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Glass-Steagall
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Glass-Steagall

  #1 (permalink)
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Glass-Steagall

Should Glass-Steagall be brought back into law?

Why, why not?

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It seems to be being discussed and sometimes recommended by both Democratic and Republican potential Presidential candidates, at the moment?

If you take the view that the financial crisis of 2008-ish was largely "a failure of regulation", then there would certainly seem to be arguments in its favour, perhaps the main one being the objective of "making future regulation easier and more practicable" by avoiding some potential/future regulatory problems in the first place?

Over here, it was in the 2010 election manifesto of the Lib Dems (minor coalition partners in the last government), and a Lib Dem cabinet minister was indeed "Business Secretary" ("finance minister") for most of that period from 2010 to 2015, but comparatively little was really done about it.

Quite a hot political potato, over here. The current government is funded hugely by hedge-funds, investment banks and the like, who are (of course) on the side of avoiding this kind of legislation. The public, on the other hand (in spite of having just elected them) remains broadly in favour of as much separation between "retail banking" and "casino banking" as possible.

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  #3 (permalink)
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As banking industry is currently core of economy, we should strive to build "idiot proof system". You can't prevent shit from hitting the fan, so you should build system that can handle crisis.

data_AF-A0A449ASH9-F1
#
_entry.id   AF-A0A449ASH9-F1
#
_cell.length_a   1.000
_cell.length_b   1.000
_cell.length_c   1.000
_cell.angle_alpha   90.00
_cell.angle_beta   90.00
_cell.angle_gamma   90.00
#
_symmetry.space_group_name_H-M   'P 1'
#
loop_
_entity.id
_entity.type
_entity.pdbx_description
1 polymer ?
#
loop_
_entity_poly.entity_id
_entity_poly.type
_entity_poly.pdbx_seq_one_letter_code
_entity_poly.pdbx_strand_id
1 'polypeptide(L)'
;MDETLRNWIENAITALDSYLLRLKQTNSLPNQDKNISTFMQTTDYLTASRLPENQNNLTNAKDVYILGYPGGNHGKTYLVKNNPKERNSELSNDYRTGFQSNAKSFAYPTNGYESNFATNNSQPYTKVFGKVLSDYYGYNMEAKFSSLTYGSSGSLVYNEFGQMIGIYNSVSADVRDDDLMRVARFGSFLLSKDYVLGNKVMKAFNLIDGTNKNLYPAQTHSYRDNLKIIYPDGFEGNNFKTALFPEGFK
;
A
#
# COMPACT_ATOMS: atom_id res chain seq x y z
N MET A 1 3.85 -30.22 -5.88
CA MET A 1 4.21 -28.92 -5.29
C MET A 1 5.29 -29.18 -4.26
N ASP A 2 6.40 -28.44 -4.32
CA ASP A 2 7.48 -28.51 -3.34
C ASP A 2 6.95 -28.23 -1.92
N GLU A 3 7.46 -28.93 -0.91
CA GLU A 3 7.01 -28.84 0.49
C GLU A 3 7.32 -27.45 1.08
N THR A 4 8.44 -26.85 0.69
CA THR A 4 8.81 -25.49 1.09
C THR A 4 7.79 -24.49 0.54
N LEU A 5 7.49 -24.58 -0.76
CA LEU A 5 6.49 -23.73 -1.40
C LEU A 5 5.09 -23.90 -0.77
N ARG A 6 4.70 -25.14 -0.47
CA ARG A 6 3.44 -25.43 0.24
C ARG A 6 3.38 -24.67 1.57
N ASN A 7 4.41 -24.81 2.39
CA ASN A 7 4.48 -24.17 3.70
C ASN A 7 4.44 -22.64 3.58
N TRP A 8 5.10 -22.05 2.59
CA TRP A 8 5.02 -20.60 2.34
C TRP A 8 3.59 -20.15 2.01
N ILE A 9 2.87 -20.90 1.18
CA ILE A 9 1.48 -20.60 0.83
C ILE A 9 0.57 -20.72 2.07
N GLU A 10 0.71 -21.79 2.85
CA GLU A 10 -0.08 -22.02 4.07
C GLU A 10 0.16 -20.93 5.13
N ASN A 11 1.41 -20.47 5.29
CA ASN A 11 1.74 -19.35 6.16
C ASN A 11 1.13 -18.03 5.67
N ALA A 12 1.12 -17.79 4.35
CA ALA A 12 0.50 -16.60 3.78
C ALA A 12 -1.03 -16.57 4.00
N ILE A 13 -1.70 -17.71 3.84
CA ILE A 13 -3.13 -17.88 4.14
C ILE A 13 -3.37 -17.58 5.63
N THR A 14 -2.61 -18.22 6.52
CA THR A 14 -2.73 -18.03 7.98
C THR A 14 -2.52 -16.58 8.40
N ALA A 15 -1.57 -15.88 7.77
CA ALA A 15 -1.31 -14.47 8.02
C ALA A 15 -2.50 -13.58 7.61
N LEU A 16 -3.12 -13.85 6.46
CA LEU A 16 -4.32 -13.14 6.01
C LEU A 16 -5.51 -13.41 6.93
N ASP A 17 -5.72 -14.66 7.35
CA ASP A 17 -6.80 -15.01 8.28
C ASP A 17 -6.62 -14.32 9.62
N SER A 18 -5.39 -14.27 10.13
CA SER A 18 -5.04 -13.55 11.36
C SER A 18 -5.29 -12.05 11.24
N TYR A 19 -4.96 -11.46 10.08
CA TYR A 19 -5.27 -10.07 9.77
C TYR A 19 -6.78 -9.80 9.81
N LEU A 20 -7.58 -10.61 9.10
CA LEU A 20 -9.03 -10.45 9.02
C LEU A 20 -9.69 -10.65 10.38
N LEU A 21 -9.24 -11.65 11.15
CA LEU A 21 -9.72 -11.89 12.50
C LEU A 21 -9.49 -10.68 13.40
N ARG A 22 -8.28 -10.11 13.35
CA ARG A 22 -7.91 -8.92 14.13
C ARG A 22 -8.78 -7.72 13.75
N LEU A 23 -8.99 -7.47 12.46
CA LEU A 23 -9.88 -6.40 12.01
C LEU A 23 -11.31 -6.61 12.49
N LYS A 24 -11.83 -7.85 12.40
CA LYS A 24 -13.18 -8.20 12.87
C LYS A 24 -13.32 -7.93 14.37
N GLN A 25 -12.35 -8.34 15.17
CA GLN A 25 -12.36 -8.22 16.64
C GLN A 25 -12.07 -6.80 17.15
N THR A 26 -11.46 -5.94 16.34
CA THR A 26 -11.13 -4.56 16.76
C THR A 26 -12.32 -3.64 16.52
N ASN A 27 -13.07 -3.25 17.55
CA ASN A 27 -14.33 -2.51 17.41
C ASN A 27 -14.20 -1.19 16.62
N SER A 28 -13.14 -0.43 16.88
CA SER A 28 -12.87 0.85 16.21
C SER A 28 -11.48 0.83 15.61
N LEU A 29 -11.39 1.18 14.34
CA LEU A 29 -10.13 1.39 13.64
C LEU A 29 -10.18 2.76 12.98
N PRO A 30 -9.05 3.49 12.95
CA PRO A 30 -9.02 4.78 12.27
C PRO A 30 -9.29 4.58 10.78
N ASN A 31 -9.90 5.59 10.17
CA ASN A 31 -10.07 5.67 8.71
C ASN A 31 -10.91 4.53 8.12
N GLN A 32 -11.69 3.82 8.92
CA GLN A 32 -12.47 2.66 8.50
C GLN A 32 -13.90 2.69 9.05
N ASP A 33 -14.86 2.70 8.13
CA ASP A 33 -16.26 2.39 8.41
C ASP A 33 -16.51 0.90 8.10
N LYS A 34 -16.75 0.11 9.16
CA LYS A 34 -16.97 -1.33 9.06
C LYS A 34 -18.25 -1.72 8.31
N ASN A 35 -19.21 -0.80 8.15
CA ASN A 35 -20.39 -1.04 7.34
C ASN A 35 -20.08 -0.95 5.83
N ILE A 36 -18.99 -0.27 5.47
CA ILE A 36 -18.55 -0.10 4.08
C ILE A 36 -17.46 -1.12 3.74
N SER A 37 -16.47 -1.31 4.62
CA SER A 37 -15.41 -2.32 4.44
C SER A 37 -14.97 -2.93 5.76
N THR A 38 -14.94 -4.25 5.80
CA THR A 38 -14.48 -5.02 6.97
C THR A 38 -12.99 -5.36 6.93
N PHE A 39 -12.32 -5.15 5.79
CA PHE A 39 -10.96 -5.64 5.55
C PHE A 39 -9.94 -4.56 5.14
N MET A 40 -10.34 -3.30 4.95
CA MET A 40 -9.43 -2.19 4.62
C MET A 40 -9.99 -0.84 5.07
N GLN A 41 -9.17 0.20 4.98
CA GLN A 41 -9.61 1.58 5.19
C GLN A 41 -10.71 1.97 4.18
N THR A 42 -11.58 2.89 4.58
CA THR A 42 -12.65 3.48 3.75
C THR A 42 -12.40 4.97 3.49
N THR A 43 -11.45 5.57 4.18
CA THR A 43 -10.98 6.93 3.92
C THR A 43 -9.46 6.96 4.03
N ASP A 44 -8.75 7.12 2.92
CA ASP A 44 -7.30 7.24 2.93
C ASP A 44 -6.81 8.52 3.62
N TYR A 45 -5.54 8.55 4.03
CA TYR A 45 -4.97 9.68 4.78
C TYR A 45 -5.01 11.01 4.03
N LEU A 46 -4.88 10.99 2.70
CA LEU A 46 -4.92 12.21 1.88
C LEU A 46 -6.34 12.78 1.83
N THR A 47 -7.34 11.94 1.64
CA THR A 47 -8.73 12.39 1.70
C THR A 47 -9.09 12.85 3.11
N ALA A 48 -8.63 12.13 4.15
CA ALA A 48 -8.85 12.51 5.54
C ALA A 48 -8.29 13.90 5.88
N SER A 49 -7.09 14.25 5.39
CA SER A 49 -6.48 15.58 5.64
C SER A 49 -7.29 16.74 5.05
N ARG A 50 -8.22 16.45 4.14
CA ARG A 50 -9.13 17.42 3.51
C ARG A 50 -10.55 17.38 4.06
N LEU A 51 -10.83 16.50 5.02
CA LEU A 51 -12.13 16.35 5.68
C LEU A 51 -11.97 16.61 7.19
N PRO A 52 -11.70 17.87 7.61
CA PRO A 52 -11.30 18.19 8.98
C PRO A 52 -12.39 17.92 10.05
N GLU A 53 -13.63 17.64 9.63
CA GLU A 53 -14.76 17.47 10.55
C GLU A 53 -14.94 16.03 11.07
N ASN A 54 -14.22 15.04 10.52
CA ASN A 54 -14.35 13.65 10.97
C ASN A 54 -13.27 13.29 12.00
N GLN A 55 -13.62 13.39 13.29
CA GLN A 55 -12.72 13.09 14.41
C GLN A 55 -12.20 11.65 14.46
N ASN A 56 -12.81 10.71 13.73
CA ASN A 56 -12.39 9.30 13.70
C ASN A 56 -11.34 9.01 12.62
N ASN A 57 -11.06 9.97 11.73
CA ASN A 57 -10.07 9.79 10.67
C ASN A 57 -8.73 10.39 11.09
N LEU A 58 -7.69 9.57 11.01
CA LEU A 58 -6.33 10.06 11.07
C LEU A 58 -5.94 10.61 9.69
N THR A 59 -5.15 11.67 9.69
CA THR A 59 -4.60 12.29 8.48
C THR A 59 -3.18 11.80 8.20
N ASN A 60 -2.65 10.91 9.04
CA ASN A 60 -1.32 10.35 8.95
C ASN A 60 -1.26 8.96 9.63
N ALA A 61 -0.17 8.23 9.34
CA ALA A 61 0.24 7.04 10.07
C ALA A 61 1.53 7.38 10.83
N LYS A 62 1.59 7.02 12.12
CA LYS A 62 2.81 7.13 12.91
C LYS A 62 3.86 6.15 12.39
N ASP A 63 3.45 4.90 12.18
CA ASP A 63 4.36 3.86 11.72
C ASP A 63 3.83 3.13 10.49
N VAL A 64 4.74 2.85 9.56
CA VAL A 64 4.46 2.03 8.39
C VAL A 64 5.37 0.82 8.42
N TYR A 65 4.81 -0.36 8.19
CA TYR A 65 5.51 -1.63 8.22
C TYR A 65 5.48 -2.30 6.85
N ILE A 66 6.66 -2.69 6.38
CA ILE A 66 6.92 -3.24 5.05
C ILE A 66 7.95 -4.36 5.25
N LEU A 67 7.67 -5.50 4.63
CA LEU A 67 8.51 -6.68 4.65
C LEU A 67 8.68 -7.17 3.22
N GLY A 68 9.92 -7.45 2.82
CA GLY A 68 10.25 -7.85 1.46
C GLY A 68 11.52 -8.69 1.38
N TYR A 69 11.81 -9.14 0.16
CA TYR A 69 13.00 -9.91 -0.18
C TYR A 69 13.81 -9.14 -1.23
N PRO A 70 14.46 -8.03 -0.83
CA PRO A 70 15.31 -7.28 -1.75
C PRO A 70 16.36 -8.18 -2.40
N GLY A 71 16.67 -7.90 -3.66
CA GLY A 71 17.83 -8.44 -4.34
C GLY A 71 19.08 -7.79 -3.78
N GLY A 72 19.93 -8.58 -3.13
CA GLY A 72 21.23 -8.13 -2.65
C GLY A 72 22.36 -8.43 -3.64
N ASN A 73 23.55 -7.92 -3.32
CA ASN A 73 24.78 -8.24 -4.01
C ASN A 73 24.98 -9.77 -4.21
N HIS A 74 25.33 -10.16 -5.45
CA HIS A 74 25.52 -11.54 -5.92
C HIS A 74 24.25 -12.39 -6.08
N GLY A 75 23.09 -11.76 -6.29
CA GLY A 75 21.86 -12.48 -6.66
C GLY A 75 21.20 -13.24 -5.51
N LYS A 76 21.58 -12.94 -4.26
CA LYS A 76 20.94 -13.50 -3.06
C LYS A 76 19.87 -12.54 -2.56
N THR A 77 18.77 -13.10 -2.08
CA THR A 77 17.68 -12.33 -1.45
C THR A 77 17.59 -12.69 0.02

Compartmentalization of the system (dividing into smaller, not so connected parts) builds system that is more resilient to shocks. I believe analogy to big oil tanker and sloshing oil in it was used in this matter.

Breaking Glass-Steagall allowed big merges, big all under one roof banks. They tend not to be effective, as they have huge overhead, and very complicated technology systems. They are too big to fail and therefore are risk to economy.
On the other hand, they provide all services under one roof, provide lower costs to customer (economies of scale). And they provide huge bonuses for management (big bank, big overhead)

Regulations after 2008 aimed on regulation, not simplification. I believe Dott-Frank act has around 2000 pages. Some loopholes, some contradicting statements, accounting of derivatives... Some improvements were made, less leverage, better tracking of derivatives, but we are still sitting on keg of gun powder. In combination with algorithmic trading, and strong correlation of all assets these days, we are still in trouble if something goes south.